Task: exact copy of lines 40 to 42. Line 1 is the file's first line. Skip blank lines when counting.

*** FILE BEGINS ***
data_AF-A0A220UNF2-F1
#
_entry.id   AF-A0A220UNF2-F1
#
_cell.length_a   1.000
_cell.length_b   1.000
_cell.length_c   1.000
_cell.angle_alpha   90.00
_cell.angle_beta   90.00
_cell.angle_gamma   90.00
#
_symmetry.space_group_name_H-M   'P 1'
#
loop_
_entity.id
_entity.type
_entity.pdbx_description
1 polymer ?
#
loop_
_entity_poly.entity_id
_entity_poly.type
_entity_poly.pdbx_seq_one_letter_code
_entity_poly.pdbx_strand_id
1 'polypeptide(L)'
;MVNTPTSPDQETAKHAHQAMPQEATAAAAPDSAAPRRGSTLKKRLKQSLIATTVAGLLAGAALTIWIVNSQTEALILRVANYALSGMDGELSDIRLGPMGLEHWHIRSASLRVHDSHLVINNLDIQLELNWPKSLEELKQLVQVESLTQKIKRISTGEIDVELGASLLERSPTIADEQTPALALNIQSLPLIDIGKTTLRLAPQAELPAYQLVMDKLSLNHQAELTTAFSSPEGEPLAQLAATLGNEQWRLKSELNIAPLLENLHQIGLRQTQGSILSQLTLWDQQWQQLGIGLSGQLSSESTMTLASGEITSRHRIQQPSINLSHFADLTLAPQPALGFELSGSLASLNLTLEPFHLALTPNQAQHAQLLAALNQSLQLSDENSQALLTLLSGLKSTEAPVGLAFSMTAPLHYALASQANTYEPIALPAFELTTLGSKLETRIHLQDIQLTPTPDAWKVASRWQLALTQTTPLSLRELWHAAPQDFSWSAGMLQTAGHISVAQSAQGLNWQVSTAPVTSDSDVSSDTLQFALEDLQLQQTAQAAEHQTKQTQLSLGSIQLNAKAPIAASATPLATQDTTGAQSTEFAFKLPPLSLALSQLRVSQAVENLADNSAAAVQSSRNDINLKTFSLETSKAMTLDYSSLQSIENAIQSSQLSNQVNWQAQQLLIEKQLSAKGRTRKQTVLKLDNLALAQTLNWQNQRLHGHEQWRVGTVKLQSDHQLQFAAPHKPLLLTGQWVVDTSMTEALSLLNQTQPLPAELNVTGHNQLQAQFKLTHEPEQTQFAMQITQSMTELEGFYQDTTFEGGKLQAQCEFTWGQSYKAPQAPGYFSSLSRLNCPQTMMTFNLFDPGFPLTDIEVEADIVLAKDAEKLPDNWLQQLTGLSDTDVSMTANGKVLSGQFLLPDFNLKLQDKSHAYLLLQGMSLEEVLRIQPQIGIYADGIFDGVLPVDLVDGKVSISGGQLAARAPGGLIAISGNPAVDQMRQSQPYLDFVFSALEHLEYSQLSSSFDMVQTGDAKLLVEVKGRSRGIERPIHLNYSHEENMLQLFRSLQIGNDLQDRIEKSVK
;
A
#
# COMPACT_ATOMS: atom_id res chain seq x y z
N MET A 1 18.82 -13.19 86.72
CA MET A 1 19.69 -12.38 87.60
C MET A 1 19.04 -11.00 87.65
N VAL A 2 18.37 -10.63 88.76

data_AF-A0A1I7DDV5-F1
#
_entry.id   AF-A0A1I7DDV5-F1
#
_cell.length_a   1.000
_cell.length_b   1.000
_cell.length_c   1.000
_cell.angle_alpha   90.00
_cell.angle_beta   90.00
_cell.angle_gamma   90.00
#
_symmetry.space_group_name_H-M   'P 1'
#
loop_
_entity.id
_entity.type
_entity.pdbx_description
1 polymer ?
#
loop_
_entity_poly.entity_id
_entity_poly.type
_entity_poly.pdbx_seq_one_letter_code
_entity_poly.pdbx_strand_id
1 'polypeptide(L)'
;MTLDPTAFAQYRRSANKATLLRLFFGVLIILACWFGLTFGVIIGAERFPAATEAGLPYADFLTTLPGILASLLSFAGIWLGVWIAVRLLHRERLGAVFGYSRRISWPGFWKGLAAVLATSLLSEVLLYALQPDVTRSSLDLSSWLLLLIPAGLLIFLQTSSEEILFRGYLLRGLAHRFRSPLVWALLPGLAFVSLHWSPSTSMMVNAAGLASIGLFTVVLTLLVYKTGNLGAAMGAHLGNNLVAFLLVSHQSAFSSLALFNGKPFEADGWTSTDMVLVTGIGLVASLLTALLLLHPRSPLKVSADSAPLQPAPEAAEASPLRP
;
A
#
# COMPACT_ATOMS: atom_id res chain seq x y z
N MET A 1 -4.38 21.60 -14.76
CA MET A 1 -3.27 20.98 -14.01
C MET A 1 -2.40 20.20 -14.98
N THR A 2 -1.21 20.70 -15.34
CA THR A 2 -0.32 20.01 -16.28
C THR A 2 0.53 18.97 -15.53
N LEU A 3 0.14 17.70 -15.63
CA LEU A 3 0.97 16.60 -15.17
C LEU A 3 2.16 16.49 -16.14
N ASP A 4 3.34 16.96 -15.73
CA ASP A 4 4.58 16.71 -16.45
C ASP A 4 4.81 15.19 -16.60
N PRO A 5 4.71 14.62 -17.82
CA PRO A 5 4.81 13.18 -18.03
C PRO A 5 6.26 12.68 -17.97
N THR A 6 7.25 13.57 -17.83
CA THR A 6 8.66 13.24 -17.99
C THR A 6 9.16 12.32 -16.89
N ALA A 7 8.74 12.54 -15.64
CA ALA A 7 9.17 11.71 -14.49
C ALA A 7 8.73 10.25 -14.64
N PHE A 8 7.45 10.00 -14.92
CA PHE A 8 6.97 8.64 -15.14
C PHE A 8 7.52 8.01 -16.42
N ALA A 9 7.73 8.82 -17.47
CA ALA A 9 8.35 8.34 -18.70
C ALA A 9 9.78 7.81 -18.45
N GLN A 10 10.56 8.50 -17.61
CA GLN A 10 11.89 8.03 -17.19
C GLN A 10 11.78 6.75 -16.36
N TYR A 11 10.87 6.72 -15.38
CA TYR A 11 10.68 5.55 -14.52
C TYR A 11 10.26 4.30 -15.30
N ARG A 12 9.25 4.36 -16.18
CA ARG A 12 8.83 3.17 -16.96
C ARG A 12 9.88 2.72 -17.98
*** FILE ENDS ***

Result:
_cell.length_b   1.000
_cell.length_c   1.000
_cell.angle_alpha   90.00